The Ideal Japanese Christmas Date

Sexy Mrs Claus and KFC

By Hilary Keyes
December 23, 2016
Lifestyle

Fried chicken and strawberry shortcake after working all day — welcome to a typical Christmas Eve date in Japan!

The actual meaning of Christmas in Japan is rather hard to explain. Being a non-Christian nation, Christmas is not celebrated as a religious or even family-based event here and it’s not even a holiday. Most companies and some schools will stay open until the last possible moment of the year, an oft-lamented fact that non-Japanese (myself included) find impossible to accept.

But if it’s not a holiday and it’s not a family or child-focused event, then what is it?! Well, for many of the younger Japanese, Christmas is seen as more of a romantic holiday, like the precursor to Valentine’s. And being such, you may as well experience (and enjoy) a typical Christmas date, so here are a few tips for where to start and what to expect.

Beware of the “Quarter Men”

For those using Tinder or other dating apps, you might find a sudden surge in the number of likes and message requests that you receive in the weeks leading up to Christmas. While this is certainly a boost to the ego, be wary of any guys that send a formulaic message — or you might find yourself chatting and making plans with a Quarter Man.

For many of the younger Japanese, Christmas is seen as more of a romantic holiday, like the precursor to Valentine’s.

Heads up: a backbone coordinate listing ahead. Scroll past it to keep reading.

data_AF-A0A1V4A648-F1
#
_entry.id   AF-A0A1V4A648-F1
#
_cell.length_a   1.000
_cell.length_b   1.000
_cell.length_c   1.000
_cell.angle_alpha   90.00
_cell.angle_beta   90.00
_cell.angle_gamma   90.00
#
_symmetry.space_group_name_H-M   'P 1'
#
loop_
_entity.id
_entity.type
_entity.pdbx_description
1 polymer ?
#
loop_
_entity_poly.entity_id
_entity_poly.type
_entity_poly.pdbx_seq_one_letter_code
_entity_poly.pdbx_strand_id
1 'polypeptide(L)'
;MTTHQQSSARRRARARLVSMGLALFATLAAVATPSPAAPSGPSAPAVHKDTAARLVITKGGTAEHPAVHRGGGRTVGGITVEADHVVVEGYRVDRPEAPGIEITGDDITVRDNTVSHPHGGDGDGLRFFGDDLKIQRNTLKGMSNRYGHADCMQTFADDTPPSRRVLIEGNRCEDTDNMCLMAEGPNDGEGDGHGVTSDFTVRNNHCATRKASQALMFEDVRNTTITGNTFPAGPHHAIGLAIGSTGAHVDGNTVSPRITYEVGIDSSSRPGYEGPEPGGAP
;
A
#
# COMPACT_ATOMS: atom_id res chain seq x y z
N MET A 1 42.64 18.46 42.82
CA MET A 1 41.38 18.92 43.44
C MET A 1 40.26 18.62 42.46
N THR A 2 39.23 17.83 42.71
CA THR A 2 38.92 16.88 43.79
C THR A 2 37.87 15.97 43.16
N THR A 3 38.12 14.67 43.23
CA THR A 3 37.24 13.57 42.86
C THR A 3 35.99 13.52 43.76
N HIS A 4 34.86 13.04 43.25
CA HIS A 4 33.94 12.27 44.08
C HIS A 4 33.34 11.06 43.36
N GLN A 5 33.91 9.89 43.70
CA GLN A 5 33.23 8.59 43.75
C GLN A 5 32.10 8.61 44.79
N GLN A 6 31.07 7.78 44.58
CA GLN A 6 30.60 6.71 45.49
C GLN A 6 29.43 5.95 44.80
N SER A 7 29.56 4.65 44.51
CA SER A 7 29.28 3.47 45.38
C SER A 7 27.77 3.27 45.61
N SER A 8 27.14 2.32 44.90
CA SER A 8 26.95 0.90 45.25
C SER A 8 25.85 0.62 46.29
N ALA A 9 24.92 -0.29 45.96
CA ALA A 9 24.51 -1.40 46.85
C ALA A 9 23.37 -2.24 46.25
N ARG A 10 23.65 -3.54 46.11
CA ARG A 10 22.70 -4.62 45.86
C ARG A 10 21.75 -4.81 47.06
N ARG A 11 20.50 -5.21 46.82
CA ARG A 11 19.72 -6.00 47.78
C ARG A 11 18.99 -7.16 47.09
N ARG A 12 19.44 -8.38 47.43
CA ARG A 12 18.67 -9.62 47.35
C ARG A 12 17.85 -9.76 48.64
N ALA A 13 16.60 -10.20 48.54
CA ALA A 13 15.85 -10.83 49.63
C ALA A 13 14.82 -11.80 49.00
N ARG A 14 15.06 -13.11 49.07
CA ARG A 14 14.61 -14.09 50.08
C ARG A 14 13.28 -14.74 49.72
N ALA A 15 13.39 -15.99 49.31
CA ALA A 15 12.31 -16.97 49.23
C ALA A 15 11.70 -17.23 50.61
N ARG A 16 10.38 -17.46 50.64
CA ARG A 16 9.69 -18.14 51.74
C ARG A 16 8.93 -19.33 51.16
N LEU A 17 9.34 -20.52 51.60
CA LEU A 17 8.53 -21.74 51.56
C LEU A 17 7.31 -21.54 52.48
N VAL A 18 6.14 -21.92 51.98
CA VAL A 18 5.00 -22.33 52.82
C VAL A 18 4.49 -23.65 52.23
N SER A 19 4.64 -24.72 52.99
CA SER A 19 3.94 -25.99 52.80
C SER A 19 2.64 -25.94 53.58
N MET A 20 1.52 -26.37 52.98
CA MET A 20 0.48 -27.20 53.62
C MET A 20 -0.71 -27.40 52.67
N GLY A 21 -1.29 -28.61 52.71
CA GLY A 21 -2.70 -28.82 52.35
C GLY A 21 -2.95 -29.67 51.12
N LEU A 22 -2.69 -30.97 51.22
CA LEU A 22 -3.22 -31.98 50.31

Quarter Men are the guys that want a girlfriend around major holidays, but only when it’s convenient for them. Summer flings fall into this category as well — lovely for 3 months, but gone as soon as the weather changes. The ones that start out in December are looking for someone to keep around from Christmas to Valentine’s Day — then come February 15th and you might find yourself single, which is really unfair considering March 14th is White Day, a commercial holiday many guys choose to ignore.

The Ideal Christmas Date

My ex-fiancé once planned out in great detail what the ideal Christmas date was for the Japanese, and I’m going to break it down into its respective parts for you here. 

Shopping & Sightseeing

Reasonable enough, department stores have massive Christmas trees, amazing displays and lots of seasonal activities and music to really get you in the festive mood, and many might have already started their pre-New Year sales.

A stop at a pop-up ice skating rink

Shopping plazas will often have large, winter-only ice skating rinks in their central plazas, complete with skate rentals and rest areas. Futakotamagawa Rise on the Den-en-Toshi line, the Red Brick Warehouse in Yokohama, Tokyo Midtown, and Tokyo Skytree are just some of the places with these temporary rinks.

A romantic lunch and dinner

This step applies more to couples with income to spare, but many coupon-clippers also like to splash out on a fancy hotel buffet, course dinner or dessert and champagne “snack” in an expensive restaurant at this time of year. The only problem of course being that many places require reservations far, far in advance — not naming names, but there are some with 2 year long waiting lists! 

A stroll through the city’s illuminations

Shopping plazas, parks and gardens, brand name shops, stations and shopping streets go all out when it comes to winter illuminations. These brilliant displays of light are like the winter equivalent of fireworks — one of my friends believes that it’s just not Christmas without a trip to see the lights. These lights are often left up from November to February.